China is Extremely Beautiful but also has a few poor regions think carefully before moving there. Liu An, AnHui Province
My initial plan was the same one I would have made now in hindsight but I would say that 'getting a job with a UK/US based company and then getting transferred to China is much better than getting a job directly in China' The salary will be much higher, the moving part will be dealt with for you, everything will be much easier. However it's easier said than done my bank told me they could find me something in Singapore within five years, but I didn't want to wait. The only job I could get was working as an English teacher, but the hours were pretty much supposed to be part time, and would leave me with enough time for the training and Chinese lessons. Most people who read this should strongly consider the English Teaching role. There are more than enough jobs to go round.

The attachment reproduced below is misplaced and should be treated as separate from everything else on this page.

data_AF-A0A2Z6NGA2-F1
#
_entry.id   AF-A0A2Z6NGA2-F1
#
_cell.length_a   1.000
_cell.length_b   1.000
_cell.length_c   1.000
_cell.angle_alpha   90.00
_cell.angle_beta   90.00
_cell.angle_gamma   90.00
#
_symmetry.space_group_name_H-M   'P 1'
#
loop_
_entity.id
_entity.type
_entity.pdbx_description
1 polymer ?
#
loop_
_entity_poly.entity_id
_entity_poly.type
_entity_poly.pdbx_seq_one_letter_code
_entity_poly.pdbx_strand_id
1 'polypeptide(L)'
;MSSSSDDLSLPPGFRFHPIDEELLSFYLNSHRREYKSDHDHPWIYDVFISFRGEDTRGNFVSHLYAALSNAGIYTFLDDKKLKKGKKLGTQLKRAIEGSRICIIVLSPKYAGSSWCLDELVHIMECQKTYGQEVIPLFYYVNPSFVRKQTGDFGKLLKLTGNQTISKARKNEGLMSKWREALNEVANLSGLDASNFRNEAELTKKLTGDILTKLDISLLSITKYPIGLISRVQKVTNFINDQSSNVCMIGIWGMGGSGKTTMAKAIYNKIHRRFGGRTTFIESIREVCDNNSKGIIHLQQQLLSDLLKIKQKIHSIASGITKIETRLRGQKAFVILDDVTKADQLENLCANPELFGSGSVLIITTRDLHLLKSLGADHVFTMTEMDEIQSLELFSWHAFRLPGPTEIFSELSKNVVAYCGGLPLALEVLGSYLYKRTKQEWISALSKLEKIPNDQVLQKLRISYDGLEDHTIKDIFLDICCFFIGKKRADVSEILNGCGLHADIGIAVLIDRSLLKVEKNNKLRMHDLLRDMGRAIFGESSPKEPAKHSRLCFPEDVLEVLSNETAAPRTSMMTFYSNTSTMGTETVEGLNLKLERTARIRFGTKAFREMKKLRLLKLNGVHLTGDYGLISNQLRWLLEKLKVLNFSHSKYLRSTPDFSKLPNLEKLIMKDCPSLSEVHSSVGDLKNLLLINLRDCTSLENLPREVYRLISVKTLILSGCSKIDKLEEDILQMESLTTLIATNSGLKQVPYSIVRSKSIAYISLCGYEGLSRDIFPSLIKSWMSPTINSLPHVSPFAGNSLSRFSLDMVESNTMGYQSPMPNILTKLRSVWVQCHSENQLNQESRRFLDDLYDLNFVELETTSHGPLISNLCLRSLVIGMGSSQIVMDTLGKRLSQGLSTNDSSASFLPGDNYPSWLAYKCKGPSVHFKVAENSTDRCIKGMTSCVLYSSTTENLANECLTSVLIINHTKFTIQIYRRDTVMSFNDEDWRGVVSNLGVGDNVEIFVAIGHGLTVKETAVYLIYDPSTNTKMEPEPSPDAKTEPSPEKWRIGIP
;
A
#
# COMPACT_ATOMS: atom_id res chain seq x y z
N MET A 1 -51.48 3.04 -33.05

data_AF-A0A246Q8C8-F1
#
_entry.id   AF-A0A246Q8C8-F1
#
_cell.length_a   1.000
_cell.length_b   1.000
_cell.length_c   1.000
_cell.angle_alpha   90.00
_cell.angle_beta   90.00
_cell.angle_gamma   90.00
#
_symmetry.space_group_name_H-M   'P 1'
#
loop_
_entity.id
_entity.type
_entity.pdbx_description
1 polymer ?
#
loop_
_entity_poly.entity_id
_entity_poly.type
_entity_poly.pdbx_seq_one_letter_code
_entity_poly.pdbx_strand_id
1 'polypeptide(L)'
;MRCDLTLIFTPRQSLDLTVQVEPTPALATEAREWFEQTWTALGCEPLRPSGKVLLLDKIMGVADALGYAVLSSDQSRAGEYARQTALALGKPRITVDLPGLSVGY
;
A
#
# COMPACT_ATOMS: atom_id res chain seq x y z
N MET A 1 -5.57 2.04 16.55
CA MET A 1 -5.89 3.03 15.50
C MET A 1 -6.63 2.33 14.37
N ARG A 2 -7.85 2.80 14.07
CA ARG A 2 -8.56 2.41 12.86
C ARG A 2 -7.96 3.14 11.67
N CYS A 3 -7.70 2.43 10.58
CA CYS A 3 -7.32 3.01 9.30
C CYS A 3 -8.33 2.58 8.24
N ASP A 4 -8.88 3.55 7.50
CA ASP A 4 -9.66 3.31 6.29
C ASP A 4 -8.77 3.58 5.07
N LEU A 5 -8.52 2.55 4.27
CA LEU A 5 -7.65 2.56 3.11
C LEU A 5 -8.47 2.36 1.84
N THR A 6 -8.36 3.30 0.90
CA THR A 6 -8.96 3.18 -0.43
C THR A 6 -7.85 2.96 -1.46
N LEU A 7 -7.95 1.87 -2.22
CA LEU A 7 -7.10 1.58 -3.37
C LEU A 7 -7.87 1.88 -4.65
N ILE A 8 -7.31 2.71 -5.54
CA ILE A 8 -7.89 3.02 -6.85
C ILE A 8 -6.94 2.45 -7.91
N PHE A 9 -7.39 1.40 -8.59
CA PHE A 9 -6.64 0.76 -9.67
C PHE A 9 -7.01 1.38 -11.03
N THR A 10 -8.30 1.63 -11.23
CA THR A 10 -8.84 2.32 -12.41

(some good website with teaching jobs in China :,, use these and the links and you will find everything you need!)

So in 2003, I left London and went directly to Anhui province HeFei city. I got the teaching job with a company called English First. I found that it promised much but the "almost part time hours" didn't feel almost part time to me, and I was much too busy. 'Read your contract carefully' That goes ! without saying but as a guide about twenty five teaching hours a week is actually pretty busy when you include marking and planning lessons etc. Try to keep below twenty-five teaching hours a week.